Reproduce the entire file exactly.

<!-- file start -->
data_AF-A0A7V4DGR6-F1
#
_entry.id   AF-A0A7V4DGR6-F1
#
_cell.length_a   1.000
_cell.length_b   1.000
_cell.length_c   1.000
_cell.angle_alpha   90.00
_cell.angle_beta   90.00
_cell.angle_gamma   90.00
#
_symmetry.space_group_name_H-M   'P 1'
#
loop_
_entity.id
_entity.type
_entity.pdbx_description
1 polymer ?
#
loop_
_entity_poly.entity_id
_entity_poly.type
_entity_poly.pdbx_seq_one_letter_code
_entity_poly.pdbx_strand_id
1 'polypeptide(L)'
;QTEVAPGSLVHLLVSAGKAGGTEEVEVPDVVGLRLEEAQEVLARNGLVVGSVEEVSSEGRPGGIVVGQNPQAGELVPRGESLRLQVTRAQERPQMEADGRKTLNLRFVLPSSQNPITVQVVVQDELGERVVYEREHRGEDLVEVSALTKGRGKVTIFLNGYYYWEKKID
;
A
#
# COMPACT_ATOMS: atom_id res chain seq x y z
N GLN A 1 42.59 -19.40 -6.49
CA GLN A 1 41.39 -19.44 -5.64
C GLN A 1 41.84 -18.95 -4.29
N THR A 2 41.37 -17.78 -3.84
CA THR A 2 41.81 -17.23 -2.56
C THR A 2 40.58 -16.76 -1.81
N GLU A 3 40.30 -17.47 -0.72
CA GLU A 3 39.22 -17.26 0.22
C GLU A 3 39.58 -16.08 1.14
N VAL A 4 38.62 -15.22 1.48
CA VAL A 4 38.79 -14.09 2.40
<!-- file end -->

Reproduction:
data_AF-A0A7V4DGR6-F1
#
_entry.id   AF-A0A7V4DGR6-F1
#
_cell.length_a   1.000
_cell.length_b   1.000
_cell.length_c   1.000
_cell.angle_alpha   90.00
_cell.angle_beta   90.00
_cell.angle_gamma   90.00
#
_symmetry.space_group_name_H-M   'P 1'
#
loop_
_entity.id
_entity.type
_entity.pdbx_description
1 polymer ?
#
loop_
_entity_poly.entity_id
_entity_poly.type
_entity_poly.pdbx_seq_one_letter_code
_entity_poly.pdbx_strand_id
1 'polypeptide(L)'
;QTEVAPGSLVHLLVSAGKAGGTEEVEVPDVVGLRLEEAQEVLARNGLVVGSVEEVSSEGRPGGIVVGQNPQAGELVPRGESLRLQVTRAQERPQMEADGRKTLNLRFVLPSSQNPITVQVVVQDELGERVVYEREHRGEDLVEVSALTKGRGKVTIFLNGYYYWEKKID
;
A
#
# COMPACT_ATOMS: atom_id res chain seq x y z
N GLN A 1 42.59 -19.40 -6.49
CA GLN A 1 41.39 -19.44 -5.64
C GLN A 1 41.84 -18.95 -4.29
N THR A 2 41.37 -17.78 -3.84
CA THR A 2 41.81 -17.23 -2.56
C THR A 2 40.58 -16.76 -1.81
N GLU A 3 40.30 -17.47 -0.72
CA GLU A 3 39.22 -17.26 0.22
C GLU A 3 39.58 -16.08 1.14
N VAL A 4 38.62 -15.22 1.48
CA VAL A 4 38.79 -14.09 2.40